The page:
by Derek Evans
Everyone has stories—it's just that some are compelling enough to write a book about.
Susan Enholm, who taught in the LEARN (Literacy, Education and Resource Network) Program at Pima County Adult Probation, decided to self-publish a book about her students' life experiences titled A Snowball's Chance.
At Pima County Adult Probation, many of the students were high school dropouts or had felony records—or both. The LEARN program was a chance for those students to eventually earn a GED.
Enholm hoped that publishing these stories might help save other people ,who were also going through some of the same hard times. She took some of her students and ask them questions about their history of drug use, legal troubles and so on.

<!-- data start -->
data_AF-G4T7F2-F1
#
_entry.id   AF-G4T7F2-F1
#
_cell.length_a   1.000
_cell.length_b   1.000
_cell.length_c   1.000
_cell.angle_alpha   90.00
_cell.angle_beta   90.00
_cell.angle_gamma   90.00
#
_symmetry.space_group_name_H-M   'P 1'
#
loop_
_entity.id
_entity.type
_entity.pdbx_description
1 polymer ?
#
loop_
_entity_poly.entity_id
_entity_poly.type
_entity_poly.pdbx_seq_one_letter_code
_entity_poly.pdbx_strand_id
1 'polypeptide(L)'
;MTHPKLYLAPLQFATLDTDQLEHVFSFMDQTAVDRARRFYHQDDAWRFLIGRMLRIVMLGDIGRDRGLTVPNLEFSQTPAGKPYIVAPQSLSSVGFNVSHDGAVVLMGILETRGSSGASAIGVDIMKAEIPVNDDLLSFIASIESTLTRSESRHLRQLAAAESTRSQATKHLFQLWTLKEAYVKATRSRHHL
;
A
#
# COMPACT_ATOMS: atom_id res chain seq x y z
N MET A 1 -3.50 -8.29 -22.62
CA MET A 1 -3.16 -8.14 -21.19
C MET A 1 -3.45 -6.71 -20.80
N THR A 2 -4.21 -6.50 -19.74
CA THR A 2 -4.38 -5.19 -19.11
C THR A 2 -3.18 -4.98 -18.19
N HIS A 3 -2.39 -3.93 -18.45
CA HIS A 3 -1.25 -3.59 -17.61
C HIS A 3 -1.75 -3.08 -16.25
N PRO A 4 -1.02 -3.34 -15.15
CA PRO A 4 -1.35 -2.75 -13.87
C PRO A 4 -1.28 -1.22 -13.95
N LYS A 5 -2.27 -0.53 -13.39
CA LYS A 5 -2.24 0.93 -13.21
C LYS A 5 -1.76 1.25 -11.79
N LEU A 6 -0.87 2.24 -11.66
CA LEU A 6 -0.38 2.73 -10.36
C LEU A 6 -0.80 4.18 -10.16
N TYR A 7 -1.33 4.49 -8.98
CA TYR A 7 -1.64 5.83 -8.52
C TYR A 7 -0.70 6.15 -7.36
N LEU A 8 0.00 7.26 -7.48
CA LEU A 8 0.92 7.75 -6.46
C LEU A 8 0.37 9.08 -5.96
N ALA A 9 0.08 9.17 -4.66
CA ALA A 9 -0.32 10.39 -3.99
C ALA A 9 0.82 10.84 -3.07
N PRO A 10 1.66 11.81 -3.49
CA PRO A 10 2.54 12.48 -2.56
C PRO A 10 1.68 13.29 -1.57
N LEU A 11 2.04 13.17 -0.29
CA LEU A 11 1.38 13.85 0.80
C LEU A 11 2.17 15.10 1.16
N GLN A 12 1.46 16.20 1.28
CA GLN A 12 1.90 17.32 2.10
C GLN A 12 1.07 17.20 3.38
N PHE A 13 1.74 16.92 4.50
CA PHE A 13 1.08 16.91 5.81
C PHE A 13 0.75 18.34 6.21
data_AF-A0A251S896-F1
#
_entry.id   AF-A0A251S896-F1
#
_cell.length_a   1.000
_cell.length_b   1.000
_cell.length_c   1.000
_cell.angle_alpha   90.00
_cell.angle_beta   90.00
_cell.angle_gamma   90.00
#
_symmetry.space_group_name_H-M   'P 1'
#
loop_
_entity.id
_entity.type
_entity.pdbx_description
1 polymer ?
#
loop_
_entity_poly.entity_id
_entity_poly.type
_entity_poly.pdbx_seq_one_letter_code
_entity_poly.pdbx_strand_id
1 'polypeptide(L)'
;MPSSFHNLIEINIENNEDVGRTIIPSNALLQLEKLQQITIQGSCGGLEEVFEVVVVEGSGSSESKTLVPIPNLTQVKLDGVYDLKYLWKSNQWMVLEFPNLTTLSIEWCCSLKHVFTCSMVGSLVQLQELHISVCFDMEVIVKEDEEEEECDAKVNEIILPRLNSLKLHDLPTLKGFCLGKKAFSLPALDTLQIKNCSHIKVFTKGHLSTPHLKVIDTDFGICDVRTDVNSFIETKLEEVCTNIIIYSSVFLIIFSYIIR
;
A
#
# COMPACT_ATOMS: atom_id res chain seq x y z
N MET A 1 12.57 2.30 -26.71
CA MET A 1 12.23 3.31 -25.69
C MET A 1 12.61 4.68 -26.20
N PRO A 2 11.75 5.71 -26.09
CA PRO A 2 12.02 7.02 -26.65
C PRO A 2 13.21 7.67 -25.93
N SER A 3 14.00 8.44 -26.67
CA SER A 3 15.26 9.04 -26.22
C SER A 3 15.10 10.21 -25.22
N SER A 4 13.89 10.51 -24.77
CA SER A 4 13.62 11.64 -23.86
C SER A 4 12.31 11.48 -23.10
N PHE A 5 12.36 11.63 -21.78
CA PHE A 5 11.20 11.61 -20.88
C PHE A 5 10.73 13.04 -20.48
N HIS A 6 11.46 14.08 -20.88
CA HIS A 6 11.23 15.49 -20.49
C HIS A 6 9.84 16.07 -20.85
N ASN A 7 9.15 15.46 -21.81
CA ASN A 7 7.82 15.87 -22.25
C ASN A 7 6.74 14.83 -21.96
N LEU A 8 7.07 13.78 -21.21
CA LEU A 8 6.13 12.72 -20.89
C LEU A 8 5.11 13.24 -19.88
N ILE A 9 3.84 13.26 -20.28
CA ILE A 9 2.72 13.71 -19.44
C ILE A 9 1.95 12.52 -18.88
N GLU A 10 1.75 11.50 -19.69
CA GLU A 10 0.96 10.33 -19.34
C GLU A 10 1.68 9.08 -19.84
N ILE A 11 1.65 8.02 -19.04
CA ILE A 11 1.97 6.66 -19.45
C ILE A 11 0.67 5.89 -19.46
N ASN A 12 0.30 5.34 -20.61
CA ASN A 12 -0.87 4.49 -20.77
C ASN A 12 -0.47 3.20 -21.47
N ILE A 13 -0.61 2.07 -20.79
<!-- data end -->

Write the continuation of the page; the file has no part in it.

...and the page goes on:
Enholm said that while most of the students were willing to use their real name, some wished to go by another name for privacy concerns.
"I wanted a mixed group and I wanted different ethnic backgrounds—female and male, different races," Enholm said. "I didn't get the mix as I would have if I had 12 (stories), but I couldn't keep going on because I didn't know what I was doing with this, so that's why I stopped at eight."
Enholm said that a lot of her students' problems came from parents who had engaged in drug use and other behaviors.
While some of the students went on to Pima Community College, not all have made that leap, for various reasons. In one case, Enholm heard back from a student that he didn't know how to go to college because no one in his family had ever gone before.
Ultimately, the students' futures are left in their hands.
"You try hard," Enholm says, "but in the end it's up to them."